The current situation in Darfur is “completely different” from 2005, when sanctions were imposed, the representative of Sudan said today, urging the lifting of the arms embargo, as the Security Council heard a briefing on the work of its Committee established to implement the restrictive measures.
The country’s representative affirmed his Government’s commitment to cooperate with all institutions and United Nations bodies active there, including the Panel of Experts on the Sudan, welcoming that the Committee Chair would like to visit the nation.
He expressed hope that a visit would allow for assessing the ground situation and gathering first-hand knowledge so that the Panel of Experts could form opinions on documented truths, rather than on reports, which have no meaning.
All reports by the Secretary-General and the Panel of Experts bear witness to an improved situation, he said, citing one in particular which led to the adoption of resolution 2263 (2019), and another in 2018, which outlined a drawdown process for the African Union-United Nations Hybrid Operation in Darfur (UNAMID) when its mandate ends in June 2020.
Strengthening of the state and state institutions throughout Darfur could not take place without lifting of the arms embargo, he said, expressing hope that that would happen fast.
On the final report of the former Head of the Sanctions Committee in December 2017, he said “the overall situation in Darfur improved in a significant way”, and all United Nations efforts — be they peacekeeping or sanctions — should be reviewed in a complementary manner to reflect the current situation on the ground. Some resolutions say the situation has improved and UNAMID has drawn down 75 per cent. Yet some sanctions are still in place, he said, urging the Council to take steps to eliminate such contradictions.
Briefing the Council on the work of the Committee established pursuant to resolution 1591 (2005) concerning the Sudan was its Chair, Joanna Wronecka (Poland).
Presenting an update on the period from 18 January to 25 March, she said that the Committee met with regional Member States on 12 February to discuss the Panel of Expert’s final report. The Committee discussed with interlocutors the issue of borders, security and armed groups in the region. They expressed their commitment to the implementation of the sanctions measures and highlighted the importance of building on the spirit of cooperation. The Panel’s mandate expired on 12 March, and the Committee is awaiting the official appointment of the five experts by the Secretary-General, she added.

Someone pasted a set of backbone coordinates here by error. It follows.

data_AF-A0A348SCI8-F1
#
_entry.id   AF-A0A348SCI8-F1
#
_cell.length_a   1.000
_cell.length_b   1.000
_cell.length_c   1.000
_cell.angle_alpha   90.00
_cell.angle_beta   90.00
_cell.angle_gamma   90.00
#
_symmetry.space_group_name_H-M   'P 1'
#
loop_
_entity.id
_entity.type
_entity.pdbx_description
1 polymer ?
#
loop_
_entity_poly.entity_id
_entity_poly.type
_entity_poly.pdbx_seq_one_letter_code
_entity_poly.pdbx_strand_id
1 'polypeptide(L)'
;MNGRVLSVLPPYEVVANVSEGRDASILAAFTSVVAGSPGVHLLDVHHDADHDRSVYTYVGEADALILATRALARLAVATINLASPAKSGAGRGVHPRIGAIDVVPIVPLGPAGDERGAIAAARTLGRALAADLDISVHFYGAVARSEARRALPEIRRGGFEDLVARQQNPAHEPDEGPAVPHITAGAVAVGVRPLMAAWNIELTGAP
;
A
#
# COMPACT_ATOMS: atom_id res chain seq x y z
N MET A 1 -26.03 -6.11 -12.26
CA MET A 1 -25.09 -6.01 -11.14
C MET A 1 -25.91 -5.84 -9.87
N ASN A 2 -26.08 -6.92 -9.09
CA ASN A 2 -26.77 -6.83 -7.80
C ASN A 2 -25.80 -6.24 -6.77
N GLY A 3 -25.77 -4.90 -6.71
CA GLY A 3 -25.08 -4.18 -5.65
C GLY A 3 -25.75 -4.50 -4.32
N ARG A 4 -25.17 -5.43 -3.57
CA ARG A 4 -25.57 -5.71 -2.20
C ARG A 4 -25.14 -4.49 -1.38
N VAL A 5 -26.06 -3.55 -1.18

Noting that the Panel closely monitored the situation which preceded and followed the declaration of the state of emergency in Sudan, she said that, at the time of writing, it was reported that the protests were still ongoing in some parts of the country and that several opposition parties had joined the protests. The protests had an impact on the peace talks as the non-signatory movements suspended their involvement in further discussions.
She went on to state that the Panel of Experts reported that the overall situation in Darfur has remained more stable than in Khartoum and some other areas of Sudan. The Panel underlined some regional risks and threats for the peace process in Darfur, and also informed the Committee about the localized, frequent skirmishes between the Sudan Liberation Army-Abdul Wahid (SLA-AW) and the Government in Jebel Marra as well as the activities of the “Darfuri rebel groups” based in Libya. Despite the decrease in conflict, thousands remained in need of humanitarian assistance. She said she intends to visit Sudan, but given the current political and security situation, the dates for the visit have yet to be determined.
The meeting began at 3:10 p.m. and ended at 3:26 p.m.